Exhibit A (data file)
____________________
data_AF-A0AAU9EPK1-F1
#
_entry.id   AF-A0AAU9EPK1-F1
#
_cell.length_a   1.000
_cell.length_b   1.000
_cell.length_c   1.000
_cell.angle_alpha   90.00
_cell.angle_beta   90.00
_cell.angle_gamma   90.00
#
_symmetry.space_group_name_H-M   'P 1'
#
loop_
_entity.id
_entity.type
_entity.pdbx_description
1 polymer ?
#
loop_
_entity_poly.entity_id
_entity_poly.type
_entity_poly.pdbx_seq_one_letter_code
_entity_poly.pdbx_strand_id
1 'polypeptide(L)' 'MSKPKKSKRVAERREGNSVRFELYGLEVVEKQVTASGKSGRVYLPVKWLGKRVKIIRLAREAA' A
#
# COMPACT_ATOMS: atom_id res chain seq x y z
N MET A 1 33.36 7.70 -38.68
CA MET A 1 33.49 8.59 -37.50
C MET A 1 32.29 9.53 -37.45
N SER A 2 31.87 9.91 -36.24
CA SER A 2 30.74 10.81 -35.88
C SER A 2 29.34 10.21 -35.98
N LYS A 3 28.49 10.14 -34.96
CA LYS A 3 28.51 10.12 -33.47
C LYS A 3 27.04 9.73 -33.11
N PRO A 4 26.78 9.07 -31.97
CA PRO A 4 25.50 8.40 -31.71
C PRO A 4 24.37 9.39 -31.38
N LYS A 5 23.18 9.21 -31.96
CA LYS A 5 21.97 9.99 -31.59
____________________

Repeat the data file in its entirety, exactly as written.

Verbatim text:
data_AF-A0AAU9EPK1-F1
#
_entry.id   AF-A0AAU9EPK1-F1
#
_cell.length_a   1.000
_cell.length_b   1.000
_cell.length_c   1.000
_cell.angle_alpha   90.00
_cell.angle_beta   90.00
_cell.angle_gamma   90.00
#
_symmetry.space_group_name_H-M   'P 1'
#
loop_
_entity.id
_entity.type
_entity.pdbx_description
1 polymer ?
#
loop_
_entity_poly.entity_id
_entity_poly.type
_entity_poly.pdbx_seq_one_letter_code
_entity_poly.pdbx_strand_id
1 'polypeptide(L)' 'MSKPKKSKRVAERREGNSVRFELYGLEVVEKQVTASGKSGRVYLPVKWLGKRVKIIRLAREAA' A
#
# COMPACT_ATOMS: atom_id res chain seq x y z
N MET A 1 33.36 7.70 -38.68
CA MET A 1 33.49 8.59 -37.50
C MET A 1 32.29 9.53 -37.45
N SER A 2 31.87 9.91 -36.24
CA SER A 2 30.74 10.81 -35.88
C SER A 2 29.34 10.21 -35.98
N LYS A 3 28.49 10.14 -34.96
CA LYS A 3 28.51 10.12 -33.47
C LYS A 3 27.04 9.73 -33.11
N PRO A 4 26.78 9.07 -31.97
CA PRO A 4 25.50 8.40 -31.71
C PRO A 4 24.37 9.39 -31.38
N LYS A 5 23.18 9.21 -31.96
CA LYS A 5 21.97 9.99 -31.59